I assert that certain areas of Africa are overpopulated, not because the average human density is particularly high over the whole continent, but because certain areas don’t have enough natural resources to either (1) sustain the local human population with food or (2) produce enough goods for sale that would permit the local human population to afford to import food into their region. If that isn’t the case, why are we regularly subjected to video on the TV of fly-covered African children with swollen bellies and emaciated limbs?

    Mike:

    also good points

  30. Some experts believe that such a coordinated network, formed because of the intense profits possible, could develop survivable strains of coca faster that genetic engineering could. Faster than they can develop new herbicides to keep up with them.

    So now left-wing enviros can be co-opted in the US’ crusade to rid the world of la coca.

  31. We’ll all be saved when the quadro-tricale harvest comes in from Sherman’s planet, unless the tribbles get to it first.

  32. If that isn’t the case, why are we regularly subjected to video on the TV of fly-covered African children with swollen bellies and emaciated limbs?

    Corrupt governments misuse of funds? (strictly guessing here)

  33. NoStar:

    exactly!

    Qbryzan:

    that guess would explain why donated food and money doesn’t get to where it is needed. it doesn’t explain why the local population can’t sustain itself through its own efforts at hunting, gathering, agriculture, etc. my hypothesis is that the local resources aren’t enough to sustain a human population that has grown too large, or how the population got larger than local resources could support to begin with. a drought that reduced the local food supply is one explanation that is probably true in many areas, but artificially maintaining a human population that is larger than the local carrying capacity by supplement the food resources is just prolonging the problem. it is akin to treating the symptoms without treating the disease.

  34. I read somewhere (maybe here?) that the problems of African farmers are due in large part to the fact that they don’t possess title to the land they farm.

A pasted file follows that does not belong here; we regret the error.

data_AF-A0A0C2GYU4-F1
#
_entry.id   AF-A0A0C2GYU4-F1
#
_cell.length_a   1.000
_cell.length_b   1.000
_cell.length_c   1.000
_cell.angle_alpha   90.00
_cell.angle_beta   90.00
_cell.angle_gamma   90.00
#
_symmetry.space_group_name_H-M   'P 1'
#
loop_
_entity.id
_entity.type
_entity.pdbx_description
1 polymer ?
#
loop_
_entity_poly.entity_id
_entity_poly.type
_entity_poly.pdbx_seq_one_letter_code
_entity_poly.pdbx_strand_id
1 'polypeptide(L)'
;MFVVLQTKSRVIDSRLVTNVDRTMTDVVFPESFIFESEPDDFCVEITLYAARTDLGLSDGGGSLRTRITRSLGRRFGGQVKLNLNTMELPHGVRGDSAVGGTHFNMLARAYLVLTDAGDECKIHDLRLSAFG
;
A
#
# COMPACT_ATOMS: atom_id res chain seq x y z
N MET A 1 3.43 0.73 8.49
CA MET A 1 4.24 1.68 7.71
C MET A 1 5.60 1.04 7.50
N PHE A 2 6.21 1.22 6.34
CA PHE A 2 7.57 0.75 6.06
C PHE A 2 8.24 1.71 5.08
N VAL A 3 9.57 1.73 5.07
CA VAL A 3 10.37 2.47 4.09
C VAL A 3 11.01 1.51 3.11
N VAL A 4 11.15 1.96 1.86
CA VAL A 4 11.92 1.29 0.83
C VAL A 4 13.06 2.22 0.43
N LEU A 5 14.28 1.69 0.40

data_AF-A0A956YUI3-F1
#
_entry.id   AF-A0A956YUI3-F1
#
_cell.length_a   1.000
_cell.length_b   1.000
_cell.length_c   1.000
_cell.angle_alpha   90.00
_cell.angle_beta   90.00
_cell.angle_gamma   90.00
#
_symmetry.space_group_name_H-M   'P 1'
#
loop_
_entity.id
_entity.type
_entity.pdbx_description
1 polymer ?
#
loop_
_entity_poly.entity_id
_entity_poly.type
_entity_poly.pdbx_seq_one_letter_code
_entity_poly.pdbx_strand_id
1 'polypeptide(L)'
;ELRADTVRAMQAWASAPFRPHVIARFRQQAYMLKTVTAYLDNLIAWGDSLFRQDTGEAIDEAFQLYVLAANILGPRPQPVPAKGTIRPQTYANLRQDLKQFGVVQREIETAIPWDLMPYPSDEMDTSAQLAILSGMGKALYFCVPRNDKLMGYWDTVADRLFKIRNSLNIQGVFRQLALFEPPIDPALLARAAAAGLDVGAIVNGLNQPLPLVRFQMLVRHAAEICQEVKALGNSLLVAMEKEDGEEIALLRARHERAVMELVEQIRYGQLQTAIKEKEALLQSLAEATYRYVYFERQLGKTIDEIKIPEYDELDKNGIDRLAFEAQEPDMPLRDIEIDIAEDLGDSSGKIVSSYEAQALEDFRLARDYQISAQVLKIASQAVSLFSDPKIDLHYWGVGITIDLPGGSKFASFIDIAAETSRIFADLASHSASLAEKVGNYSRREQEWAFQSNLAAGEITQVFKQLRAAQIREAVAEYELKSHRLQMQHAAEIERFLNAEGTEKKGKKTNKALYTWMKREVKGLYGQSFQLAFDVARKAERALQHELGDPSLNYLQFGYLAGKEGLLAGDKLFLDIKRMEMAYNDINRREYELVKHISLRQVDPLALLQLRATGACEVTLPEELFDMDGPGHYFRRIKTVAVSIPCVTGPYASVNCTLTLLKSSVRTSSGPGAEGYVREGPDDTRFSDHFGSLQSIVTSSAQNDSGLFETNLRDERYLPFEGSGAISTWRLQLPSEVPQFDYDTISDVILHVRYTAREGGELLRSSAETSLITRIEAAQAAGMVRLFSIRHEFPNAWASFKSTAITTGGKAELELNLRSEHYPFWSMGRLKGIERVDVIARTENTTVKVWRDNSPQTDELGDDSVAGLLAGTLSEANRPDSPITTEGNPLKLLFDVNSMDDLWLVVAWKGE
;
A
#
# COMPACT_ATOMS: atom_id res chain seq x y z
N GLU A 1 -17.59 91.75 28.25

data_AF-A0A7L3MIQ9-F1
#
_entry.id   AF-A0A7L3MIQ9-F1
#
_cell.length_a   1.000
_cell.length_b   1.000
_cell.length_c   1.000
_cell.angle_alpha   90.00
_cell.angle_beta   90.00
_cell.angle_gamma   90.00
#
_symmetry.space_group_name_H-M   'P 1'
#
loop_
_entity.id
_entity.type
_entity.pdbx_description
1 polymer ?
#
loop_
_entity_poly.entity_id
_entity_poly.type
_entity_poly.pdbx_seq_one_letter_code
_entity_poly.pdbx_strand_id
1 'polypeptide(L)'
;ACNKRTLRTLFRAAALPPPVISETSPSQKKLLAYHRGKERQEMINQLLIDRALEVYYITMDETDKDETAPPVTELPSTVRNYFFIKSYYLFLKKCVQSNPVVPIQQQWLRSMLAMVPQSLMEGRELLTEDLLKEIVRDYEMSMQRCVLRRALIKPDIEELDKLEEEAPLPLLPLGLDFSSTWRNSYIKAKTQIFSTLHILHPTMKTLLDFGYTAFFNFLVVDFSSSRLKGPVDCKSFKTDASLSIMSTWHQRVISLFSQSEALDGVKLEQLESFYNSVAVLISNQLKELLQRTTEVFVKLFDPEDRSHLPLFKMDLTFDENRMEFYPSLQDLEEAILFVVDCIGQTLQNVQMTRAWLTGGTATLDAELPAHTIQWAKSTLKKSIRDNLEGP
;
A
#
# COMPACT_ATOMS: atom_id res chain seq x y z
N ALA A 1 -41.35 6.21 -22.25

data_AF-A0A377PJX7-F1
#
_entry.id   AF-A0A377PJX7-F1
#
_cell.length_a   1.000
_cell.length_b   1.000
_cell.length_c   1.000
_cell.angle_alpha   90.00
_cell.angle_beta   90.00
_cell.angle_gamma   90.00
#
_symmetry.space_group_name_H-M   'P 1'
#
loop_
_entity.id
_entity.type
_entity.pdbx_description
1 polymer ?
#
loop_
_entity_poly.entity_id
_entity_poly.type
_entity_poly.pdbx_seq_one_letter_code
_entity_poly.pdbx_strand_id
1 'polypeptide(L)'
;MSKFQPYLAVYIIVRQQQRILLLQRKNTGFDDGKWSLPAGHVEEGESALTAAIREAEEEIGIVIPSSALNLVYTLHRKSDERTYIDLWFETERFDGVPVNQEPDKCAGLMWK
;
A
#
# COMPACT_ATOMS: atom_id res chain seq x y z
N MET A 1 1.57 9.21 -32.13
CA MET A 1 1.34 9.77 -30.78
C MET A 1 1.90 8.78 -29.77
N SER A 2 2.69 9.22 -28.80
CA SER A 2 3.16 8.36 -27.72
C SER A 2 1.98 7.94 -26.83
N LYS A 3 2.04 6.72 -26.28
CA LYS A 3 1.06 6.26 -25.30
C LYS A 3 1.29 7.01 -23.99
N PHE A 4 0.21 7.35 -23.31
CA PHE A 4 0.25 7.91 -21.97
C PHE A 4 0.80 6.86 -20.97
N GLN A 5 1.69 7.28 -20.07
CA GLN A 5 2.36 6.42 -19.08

Without owning title to the land, they can’t use it as collateral for loans to buy better seed, make capital improvements on the farm, buy new equipment, etc.

    Lack of clear property rights and the rule of law are two big obstacles to Africa’s progress.

  35. biologist:

    (1) Alas, correlations are all that demographers have, yet they are pretty strong. Outside of Marxist or Asimovian fantasies there are few causal theories of human collective behavior.

    (2)Availability of birth control is important but can’t explain all of the amazing recent declines in places like Bangladesh. Increasing urbanization, older ages at marriage, more women working out of the home, and so forth also contributed. Interestingly the first country in the world to experience a sustained decline in its fertility rate was late 18th century France (which hardly had access to modern contraception).

    You also write: “overpopulated… because certain areas don’t have enough natural resources to either (1) sustain the local human population with food or (2) produce enough goods for sale that would permit the local human population to afford to import food into their region.”

    Actually it’s not so much lack of natural resources, but lack of human capital and high quality social and political institutions as I argued last week.

  36. taktix,

    I thought my post was saying that of Nobel Laureates, Borlaug was more deserving than Menchu and probably all but perhaps a couple. Sorry if you implied my post to say I thought he didn’t win one.

  37. artificially maintaining a human population that is larger than the local carrying capacity by supplement the food resources is just prolonging the problem

    This is a joke, right?

    You are aware, of course, that probably 90% of the people who live in the United States constitute “a human population that is larger than the local carrying capacity”, and are kept alive only because “[local] food resources” are “supplemented” with food delivered via truck, ship, and air?

    The problem in Africa isn’t that any given locality has more people than can grub “food resources” out of the local landscape. The problem is that the governments prevent the kind of supplements to the local food supply that keep the vast majority of the rest of the world’s population alive.

  38. RC Dean, I am aware of that, as I stated clearly in one of my comments that food is moved from Kansas to NYC. However, Kansas isn’t donating the food to NYC, NYC has money, which Kansans want, and they trade. NYC gets its money from its products, many of which are intellectual services and other intangibles. so, it’s not just food resources but any economic resources such as products that could be sold to purchase food.